Asda Equal Pay Saga Continues After Supreme Court Ruling

April 29, 2021


The Supreme Court has recently made a ruling in the long-running Asda equal pay litigation, which also has important implications for other employers.

In 2014, female employees at Asda began legal action over the fact that they were paid less than males to do equally valuable jobs at the supermarket chain. Their case was that Asda’s (primarily female) workers on shop floors were paid between £1.50 and £3 an hour less than workers in the supermarket’s warehouses and distribution centres, who were mostly male. Equal pay law states that workers must be paid the same for equal work, including work that is similar or of the same value to the employer.

In a final ruling on a preliminary question which has made its way up through the lower courts for seven years, the Supreme Court has now ruled that the jobs of the distribution centre workers can be treated as comparable to those of the shopfloor workers for the purposes of equal pay law, even though they do not work in the same locations.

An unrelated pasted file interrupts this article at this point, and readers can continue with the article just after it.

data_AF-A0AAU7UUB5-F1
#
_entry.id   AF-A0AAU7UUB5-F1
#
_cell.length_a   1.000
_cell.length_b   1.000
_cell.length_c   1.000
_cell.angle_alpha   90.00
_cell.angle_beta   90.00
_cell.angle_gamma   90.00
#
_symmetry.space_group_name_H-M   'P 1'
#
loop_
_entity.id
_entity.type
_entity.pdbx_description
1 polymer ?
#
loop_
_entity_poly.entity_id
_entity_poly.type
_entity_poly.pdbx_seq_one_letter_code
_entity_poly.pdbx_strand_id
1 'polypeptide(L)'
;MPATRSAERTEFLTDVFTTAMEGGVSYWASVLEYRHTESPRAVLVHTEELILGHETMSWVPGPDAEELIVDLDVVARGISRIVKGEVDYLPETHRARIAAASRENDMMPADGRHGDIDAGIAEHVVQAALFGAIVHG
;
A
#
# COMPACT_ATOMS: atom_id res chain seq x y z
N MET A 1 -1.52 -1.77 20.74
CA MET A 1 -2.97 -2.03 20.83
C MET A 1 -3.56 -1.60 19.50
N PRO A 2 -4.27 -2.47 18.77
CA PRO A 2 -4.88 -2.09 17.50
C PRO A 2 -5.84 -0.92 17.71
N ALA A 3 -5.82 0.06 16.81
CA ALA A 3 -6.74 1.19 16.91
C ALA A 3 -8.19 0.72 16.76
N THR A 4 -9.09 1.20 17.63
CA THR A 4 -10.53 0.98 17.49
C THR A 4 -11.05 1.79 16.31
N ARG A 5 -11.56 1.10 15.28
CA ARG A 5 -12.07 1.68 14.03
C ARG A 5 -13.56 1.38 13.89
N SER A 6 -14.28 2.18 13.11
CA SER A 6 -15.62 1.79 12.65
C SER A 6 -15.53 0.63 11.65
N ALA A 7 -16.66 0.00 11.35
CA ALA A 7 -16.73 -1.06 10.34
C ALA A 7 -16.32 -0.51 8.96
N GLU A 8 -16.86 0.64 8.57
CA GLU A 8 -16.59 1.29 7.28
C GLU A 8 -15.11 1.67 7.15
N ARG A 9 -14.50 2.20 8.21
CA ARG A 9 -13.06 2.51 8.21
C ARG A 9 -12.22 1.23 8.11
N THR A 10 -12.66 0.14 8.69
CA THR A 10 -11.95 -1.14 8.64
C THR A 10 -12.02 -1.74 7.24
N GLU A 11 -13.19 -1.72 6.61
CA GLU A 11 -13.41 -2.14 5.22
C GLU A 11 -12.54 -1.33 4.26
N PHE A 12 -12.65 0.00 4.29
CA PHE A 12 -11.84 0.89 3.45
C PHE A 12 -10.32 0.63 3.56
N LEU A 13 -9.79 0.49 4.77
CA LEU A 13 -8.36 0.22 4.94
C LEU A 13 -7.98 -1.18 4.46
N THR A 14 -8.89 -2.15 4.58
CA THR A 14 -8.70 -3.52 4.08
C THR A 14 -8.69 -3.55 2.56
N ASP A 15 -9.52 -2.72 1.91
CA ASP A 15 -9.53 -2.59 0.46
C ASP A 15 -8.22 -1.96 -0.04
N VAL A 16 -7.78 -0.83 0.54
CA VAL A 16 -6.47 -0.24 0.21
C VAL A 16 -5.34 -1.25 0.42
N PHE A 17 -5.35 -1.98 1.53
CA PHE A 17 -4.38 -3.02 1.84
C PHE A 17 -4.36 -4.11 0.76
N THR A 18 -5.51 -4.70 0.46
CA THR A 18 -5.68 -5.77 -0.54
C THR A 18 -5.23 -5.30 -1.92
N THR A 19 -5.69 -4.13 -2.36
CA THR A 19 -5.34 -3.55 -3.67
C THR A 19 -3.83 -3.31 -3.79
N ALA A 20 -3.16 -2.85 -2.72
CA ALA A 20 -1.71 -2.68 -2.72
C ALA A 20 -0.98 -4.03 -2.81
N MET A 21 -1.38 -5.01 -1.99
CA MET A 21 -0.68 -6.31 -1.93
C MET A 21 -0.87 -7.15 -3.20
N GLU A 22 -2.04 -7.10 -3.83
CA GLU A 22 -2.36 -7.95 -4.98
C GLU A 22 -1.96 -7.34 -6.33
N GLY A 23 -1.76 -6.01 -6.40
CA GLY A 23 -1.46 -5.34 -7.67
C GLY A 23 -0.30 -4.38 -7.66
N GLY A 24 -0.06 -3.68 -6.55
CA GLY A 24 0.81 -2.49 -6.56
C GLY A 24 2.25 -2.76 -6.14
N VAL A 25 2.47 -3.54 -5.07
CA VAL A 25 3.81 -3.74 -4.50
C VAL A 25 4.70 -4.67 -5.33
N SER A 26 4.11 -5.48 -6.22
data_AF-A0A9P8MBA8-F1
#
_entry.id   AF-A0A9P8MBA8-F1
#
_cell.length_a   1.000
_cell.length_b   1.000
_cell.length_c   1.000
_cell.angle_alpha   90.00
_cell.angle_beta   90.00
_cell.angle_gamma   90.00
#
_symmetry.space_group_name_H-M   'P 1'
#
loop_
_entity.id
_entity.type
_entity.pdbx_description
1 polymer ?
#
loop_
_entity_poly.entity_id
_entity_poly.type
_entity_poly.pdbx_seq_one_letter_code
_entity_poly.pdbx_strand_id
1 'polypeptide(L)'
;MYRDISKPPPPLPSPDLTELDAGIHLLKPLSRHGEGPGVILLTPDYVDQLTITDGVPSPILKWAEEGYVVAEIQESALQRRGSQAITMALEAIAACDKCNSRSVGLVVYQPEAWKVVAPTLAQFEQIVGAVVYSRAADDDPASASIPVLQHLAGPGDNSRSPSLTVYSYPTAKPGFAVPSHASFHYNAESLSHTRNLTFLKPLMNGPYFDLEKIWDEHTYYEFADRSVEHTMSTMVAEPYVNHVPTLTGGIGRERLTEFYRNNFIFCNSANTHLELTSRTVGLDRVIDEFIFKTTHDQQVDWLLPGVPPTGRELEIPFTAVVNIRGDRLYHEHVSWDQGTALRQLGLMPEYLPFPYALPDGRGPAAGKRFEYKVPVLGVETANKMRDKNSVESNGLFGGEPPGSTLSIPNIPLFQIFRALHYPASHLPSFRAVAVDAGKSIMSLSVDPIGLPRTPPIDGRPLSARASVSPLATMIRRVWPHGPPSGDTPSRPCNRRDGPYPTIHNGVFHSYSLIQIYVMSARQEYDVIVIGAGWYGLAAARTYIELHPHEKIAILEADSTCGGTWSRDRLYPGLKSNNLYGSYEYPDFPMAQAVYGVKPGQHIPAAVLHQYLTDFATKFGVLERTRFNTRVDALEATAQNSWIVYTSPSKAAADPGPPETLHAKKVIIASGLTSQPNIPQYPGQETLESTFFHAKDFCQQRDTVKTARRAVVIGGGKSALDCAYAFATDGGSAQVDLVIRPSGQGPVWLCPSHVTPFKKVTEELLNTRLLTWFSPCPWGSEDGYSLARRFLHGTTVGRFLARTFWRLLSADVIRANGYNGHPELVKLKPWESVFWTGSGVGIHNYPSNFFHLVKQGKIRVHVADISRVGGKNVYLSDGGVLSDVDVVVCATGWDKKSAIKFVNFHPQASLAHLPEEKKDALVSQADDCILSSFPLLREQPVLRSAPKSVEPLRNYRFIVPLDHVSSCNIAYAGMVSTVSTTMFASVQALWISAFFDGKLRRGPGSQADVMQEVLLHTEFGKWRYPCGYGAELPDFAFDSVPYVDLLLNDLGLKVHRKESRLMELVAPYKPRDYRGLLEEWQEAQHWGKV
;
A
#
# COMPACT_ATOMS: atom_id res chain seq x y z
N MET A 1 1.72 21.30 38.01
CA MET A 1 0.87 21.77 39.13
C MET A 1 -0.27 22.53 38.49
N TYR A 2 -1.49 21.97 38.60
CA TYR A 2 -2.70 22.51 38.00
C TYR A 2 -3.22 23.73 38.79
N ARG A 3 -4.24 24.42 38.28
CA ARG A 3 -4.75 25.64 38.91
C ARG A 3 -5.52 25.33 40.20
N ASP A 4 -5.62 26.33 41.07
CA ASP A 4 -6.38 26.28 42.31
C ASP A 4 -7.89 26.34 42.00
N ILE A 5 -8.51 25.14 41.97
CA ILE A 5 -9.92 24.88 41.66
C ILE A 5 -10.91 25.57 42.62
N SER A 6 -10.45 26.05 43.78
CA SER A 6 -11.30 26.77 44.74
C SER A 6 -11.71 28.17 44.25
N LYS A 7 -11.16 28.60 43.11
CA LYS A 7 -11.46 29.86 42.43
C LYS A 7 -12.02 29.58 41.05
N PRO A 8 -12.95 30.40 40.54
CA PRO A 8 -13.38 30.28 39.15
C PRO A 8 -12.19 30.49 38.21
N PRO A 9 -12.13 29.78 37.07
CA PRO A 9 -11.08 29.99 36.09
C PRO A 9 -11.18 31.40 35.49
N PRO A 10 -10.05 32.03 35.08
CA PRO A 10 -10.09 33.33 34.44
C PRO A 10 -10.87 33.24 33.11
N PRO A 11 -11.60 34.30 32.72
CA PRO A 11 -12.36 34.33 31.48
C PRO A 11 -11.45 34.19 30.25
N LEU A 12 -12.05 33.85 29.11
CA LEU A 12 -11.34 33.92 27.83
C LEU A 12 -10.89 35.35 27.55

However, Asda employees must now return to the Employment Tribunal over the questions of whether the two roles can be considered to be of “equal value” and whether there is any material reason why Asda is entitled to apply different rates of pay to them.

As other supermarkets such as Tesco and Sainsburys are currently defending their own equal pay claims, the significance of the Supreme Court’s Judgement will extend further than Asda and have implications for the whole of the retail industry. However, employers in other sectors should also be mindful that jobs do not have to be identical for the Equality Act 2010 and Equal Pay Act 1970 to apply.

Employers must ensure that they pay all staff fairly, and should consider the following tips:

  • Any employer can be exposed to an equal pay claim, so it may be beneficial to carry out an equal pay audit to identify if there are any discrepancies in pay;

  • Due to various reasons, female employees can often have different working arrangements to their male counterparts, but as an employer you are obliged to treat part time employees no less favourably than those employed full time;

  • All contractual benefits such as overtime, bonuses and sick pay are all covered under the Equality Act 2010 and are therefore subject to equal pay provisions for comparable roles; and

  • There are no minimum service requirements for an employee to bring an equal pay claim so consistency amongst all employees is vital.



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